how to prevent colds and flu


As any parent can tell you, it's cold season.

The reason why we often keep getting colds during the winter is not because of the weather, but because we're all cooped with each other (and each other's germs) indoors.

Rhinoviruses can survive up to three hours on skin and inanimate objects. That means when little Johnny hacks away without covering his mouth at preschool, your little Annie has ample opportunity to come in contact with his germs. And bring them home alive. 

Here's how to prevent colds and flu at home with an easy germ-busting surface cleaning routine.

Frequent Hand-Washing is Your Best Offense Against Cold and Flu Viruses

Frequent hand-washing is how to prevent colds and flu viruses from grabbing a toe-hold. How you wash is also important. 

Unless kids' hands are visibly dirty, encourage them to use the alcohol-based cleansers that clean without water.

These cleansers kill germs by dehydration. You can buy small bottles and pack them in your kids' backpacks for use at school.

If they need soap and water, they must scrub vigorously for at least 30 seconds to kill germs. (Tell Annie to wash while she sings the Alphabet Song. That should do it.) The more you wash, the safer you are.

Finally, teach kids to sneeze or cough into a tissue and then throw the tissue away.

Disinfect Hard Surfaces Regularly

To obliterate cold and flu viruses and other germs that find their way into your home, regularly clean doorknobs, faucets, countertops, keyboards, and any other frequently touched hard surface that can harbor germs and viruses with a good virus-killing disinfectant such as bleach or disposable disinfecting wipes.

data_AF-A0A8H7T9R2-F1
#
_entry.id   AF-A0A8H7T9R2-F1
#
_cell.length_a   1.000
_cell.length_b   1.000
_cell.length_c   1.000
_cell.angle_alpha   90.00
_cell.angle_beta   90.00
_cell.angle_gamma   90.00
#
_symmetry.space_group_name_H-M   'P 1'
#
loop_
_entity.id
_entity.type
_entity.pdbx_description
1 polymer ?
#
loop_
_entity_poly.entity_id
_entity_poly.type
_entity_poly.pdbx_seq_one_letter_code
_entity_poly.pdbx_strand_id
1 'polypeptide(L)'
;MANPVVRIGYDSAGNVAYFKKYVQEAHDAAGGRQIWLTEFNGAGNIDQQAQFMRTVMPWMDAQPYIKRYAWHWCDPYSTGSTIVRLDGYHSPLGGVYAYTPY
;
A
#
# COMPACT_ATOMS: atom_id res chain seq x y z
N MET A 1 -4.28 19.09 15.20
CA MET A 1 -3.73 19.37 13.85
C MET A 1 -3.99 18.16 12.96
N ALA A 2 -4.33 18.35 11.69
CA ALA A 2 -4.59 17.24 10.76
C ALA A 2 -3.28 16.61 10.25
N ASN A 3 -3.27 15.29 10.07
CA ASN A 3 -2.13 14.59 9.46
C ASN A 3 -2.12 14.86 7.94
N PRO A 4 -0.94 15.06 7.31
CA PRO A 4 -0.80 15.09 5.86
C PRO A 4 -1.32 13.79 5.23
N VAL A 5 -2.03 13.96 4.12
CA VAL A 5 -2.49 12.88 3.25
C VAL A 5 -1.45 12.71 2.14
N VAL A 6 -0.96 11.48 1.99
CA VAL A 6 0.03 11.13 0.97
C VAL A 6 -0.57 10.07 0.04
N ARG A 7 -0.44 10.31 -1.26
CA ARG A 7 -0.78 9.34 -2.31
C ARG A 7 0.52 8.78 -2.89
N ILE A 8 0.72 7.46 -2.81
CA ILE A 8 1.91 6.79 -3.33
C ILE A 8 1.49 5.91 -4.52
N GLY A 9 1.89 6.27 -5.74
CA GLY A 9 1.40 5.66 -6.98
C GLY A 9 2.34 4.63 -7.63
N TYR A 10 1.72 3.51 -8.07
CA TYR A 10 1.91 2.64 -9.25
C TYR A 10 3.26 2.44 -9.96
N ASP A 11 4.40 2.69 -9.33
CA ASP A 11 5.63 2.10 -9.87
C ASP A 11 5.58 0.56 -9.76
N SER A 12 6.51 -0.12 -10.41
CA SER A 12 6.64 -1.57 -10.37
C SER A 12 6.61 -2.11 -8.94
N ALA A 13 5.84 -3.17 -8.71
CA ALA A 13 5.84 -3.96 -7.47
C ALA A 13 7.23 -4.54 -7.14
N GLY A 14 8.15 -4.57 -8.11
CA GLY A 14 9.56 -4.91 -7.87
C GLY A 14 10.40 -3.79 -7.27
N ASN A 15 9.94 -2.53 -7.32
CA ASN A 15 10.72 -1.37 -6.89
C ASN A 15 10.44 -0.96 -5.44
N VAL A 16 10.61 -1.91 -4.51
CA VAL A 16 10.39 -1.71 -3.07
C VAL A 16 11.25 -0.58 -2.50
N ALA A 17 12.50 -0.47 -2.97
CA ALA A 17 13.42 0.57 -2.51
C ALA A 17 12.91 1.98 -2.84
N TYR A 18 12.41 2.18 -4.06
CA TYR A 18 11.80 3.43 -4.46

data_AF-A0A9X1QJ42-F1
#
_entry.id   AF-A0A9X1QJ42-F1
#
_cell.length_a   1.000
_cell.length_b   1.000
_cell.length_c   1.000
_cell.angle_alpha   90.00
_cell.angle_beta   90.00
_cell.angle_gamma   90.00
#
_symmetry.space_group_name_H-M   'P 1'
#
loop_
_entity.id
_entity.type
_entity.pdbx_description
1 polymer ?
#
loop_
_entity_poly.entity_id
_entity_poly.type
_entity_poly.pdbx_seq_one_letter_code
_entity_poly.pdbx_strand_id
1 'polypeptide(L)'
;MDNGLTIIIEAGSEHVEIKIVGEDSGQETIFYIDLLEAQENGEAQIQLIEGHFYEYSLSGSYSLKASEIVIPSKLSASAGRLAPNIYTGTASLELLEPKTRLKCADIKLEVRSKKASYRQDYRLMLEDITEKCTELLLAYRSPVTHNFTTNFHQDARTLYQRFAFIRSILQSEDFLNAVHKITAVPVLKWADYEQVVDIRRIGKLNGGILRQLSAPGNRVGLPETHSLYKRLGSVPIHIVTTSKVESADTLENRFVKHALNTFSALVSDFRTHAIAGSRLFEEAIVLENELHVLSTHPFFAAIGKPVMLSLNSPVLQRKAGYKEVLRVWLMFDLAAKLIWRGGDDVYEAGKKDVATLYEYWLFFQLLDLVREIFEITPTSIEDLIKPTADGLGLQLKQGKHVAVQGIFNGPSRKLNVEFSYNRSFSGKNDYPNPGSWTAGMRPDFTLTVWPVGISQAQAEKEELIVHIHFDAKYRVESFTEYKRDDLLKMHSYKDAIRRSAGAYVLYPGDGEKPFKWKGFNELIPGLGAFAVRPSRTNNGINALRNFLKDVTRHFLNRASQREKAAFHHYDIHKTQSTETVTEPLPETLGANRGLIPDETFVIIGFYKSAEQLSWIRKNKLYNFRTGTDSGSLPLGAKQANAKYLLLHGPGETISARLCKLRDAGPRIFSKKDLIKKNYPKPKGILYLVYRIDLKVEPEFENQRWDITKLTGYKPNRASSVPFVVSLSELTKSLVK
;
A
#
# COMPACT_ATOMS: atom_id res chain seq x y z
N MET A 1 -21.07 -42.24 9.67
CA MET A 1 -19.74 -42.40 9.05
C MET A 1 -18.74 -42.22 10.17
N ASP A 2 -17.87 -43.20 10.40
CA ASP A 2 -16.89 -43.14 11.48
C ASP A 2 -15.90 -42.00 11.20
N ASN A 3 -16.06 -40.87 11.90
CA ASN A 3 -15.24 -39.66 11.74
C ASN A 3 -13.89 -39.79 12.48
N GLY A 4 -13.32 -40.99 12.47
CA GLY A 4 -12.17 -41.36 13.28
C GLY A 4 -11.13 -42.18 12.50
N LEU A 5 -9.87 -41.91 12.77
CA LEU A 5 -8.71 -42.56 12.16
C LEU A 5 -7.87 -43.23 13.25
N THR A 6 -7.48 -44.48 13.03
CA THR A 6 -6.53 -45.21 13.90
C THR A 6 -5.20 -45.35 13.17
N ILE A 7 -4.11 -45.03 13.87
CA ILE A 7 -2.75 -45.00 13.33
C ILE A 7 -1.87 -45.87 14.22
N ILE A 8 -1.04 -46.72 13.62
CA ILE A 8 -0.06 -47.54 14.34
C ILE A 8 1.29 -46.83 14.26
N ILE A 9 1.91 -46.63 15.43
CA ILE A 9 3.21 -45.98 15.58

Laundry 101 for Killing Viruses and Germs

Don't forget the laundry - it too can be a key culprit in the spread of infectious germs, viruses, and bacteria. If sneezy Susie handed your child her backpack or grabbed your daughter's sweatshirt arm at recess, bacteria and germs are probably still playing on these items.

Plan to wash your child's backpack (unzipping zippers, taking out papers and wrappers first) and school sweatshirts or jackets at least weekly in the hottest water that's safe for the fabric. Ditto for her school clothes or uniform.

If the item can handle bleach, pour it into the washing machine along with the dirty duds. Remember, only sufficiently hot water and bleach kill germs and bacteria, so become a voracious label-reader. And for your kids' dirty duds, choose "hot" for the wash water temperature whenever you can. Many hardy germs can survive a warm-water swim. 

Finally, don't forget to zap the bugs that hopped off the load you sorted and on to the washer and dryer's surface. Zap them with those disinfecting wipes. Here's to a clean home, healthy kids and a germ-free school year, now that you know how to prevent colds from spreading.









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